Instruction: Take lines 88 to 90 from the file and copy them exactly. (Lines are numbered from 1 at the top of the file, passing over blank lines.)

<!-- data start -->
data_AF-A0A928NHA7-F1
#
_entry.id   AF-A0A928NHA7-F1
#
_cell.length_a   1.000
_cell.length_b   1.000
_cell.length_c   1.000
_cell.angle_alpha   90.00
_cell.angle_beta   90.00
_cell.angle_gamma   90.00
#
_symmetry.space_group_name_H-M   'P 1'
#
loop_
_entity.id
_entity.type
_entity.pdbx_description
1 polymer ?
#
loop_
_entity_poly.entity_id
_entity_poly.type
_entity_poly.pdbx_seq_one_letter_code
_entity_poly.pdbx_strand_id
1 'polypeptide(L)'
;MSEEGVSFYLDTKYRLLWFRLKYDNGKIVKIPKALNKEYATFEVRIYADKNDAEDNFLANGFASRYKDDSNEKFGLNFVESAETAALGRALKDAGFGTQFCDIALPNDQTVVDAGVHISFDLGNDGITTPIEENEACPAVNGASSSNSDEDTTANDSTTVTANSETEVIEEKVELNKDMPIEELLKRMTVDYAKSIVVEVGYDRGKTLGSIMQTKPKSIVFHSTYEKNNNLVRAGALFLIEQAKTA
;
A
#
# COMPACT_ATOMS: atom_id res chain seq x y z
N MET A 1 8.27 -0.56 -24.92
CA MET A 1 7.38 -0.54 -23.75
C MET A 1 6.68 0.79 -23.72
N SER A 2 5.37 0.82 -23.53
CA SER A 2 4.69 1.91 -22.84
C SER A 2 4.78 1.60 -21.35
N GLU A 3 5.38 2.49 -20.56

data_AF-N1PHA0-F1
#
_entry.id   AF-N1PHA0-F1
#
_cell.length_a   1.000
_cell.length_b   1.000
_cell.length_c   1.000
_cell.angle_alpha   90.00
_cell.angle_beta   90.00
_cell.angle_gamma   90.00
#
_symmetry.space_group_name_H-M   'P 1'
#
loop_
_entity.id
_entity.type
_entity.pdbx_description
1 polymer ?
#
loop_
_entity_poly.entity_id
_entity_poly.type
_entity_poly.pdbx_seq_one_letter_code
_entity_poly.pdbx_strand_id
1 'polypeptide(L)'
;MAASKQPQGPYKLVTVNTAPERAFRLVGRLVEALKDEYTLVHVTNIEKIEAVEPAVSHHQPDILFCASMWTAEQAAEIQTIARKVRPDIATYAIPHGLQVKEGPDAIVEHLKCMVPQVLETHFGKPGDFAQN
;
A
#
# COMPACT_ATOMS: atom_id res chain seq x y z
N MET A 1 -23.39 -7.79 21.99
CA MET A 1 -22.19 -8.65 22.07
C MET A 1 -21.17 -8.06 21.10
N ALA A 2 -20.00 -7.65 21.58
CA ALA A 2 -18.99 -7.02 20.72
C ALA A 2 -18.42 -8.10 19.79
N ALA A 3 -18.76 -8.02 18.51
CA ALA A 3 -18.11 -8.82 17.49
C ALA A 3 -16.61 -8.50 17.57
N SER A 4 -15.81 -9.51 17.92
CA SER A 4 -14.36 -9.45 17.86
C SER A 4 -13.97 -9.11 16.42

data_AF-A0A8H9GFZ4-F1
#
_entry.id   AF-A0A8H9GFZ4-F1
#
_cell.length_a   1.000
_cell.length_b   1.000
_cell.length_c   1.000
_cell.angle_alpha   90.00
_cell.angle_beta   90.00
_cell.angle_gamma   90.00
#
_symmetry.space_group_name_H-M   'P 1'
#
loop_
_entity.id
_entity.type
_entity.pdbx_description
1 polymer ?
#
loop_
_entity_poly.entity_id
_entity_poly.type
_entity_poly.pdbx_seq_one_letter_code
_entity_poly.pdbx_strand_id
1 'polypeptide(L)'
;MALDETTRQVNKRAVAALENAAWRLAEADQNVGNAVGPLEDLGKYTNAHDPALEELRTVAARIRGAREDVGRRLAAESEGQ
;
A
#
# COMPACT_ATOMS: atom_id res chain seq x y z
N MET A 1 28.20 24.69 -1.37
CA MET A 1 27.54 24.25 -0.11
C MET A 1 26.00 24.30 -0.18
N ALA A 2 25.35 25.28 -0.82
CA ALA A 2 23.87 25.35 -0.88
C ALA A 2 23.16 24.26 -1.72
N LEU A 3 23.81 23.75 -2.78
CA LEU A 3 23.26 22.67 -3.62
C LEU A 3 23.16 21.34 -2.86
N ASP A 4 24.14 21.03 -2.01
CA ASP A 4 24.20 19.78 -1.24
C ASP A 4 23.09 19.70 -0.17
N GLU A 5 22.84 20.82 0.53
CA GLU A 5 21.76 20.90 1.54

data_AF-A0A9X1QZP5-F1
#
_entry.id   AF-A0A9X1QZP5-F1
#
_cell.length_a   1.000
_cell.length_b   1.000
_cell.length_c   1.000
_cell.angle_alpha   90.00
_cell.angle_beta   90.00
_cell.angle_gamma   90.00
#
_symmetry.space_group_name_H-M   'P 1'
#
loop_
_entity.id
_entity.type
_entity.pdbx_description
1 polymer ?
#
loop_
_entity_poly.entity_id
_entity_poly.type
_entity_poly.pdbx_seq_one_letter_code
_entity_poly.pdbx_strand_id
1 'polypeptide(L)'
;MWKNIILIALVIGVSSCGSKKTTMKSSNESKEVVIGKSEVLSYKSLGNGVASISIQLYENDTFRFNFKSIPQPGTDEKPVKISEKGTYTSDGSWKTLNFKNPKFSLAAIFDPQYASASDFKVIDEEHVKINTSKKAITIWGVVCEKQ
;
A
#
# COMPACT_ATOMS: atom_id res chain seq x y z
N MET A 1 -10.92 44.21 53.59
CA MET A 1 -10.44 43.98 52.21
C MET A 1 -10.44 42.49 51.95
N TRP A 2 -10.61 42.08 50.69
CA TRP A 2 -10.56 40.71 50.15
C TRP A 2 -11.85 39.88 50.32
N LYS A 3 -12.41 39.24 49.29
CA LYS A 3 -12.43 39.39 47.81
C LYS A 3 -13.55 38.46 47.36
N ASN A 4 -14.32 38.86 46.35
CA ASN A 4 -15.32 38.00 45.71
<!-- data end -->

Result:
_cell.angle_beta   90.00
_cell.angle_gamma   90.00
#